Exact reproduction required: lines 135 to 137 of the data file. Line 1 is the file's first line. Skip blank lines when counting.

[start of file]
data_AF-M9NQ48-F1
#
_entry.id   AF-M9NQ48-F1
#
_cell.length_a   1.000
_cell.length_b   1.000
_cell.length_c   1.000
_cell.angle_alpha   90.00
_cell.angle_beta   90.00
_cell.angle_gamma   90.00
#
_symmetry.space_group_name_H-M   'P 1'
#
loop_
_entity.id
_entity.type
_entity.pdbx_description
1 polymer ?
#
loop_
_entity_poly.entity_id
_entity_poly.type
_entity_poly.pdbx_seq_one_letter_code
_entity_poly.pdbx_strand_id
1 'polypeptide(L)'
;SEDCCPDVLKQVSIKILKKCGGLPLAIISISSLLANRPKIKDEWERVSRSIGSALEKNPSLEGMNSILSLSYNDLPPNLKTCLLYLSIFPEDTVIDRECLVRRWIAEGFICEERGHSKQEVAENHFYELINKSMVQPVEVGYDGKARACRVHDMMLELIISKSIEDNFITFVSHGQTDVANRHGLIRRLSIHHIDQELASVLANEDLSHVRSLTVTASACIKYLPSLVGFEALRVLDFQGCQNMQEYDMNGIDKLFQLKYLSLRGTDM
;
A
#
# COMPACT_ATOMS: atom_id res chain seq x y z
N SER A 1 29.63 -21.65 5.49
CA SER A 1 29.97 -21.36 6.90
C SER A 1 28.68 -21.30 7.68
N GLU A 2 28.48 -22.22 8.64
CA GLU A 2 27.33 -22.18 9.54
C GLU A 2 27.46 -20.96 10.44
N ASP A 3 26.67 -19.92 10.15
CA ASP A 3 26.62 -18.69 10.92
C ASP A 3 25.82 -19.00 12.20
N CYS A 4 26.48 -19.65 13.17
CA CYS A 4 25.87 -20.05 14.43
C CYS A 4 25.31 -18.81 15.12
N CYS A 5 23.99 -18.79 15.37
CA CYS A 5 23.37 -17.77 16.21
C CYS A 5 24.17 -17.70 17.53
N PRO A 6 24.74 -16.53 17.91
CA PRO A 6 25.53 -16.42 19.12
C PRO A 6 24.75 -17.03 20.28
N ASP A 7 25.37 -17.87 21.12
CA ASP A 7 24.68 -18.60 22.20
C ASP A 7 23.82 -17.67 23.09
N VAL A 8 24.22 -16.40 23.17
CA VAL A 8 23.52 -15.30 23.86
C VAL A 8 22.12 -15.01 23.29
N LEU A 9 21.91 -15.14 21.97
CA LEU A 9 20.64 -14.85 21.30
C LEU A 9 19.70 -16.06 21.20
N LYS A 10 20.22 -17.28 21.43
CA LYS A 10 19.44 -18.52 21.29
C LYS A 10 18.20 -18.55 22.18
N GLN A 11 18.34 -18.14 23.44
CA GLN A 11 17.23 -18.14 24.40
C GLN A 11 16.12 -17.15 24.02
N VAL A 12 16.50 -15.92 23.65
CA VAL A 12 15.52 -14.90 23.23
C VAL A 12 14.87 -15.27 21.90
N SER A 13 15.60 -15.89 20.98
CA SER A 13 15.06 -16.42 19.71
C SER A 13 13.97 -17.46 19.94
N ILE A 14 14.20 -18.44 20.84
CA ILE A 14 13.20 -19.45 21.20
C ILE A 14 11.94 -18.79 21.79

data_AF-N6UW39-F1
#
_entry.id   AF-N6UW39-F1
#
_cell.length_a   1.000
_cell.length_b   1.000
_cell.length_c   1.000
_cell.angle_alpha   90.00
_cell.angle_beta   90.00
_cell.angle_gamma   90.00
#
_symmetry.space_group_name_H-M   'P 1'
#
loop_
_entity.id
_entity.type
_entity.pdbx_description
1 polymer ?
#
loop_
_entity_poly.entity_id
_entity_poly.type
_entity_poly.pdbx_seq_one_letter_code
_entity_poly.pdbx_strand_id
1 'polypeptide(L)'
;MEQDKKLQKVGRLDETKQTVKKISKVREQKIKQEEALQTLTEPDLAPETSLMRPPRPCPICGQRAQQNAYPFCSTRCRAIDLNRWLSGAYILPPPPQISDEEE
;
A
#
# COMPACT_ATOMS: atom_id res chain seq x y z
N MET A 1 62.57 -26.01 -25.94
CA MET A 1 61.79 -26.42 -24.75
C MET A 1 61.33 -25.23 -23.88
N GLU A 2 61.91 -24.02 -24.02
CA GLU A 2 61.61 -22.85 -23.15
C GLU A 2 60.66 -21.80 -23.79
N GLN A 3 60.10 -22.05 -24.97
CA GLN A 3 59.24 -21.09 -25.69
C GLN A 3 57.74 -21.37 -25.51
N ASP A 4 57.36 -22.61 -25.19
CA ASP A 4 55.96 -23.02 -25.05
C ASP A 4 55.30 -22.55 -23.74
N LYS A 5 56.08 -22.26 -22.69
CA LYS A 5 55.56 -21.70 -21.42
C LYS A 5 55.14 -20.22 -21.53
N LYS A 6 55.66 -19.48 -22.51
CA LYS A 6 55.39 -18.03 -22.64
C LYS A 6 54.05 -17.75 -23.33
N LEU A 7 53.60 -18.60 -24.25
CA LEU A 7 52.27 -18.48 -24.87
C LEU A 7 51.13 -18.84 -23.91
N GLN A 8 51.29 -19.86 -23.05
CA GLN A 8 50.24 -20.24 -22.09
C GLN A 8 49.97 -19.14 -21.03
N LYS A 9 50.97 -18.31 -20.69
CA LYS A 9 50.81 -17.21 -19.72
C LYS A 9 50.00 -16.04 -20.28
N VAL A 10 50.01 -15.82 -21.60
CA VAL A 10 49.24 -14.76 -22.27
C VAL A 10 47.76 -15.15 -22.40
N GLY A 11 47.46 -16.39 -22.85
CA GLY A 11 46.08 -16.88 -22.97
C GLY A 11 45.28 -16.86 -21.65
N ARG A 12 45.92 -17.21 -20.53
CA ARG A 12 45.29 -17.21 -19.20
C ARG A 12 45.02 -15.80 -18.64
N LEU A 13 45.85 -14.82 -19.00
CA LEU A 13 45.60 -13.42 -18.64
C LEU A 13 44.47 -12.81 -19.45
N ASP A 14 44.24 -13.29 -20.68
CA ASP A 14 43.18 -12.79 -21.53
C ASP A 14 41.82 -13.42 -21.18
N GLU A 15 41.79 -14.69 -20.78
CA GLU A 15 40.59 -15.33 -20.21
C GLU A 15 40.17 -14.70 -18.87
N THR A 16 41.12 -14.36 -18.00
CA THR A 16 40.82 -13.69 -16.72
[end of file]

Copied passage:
C GLY A 11 45.28 -16.86 -21.65
N ARG A 12 45.92 -17.21 -20.53
CA ARG A 12 45.29 -17.21 -19.20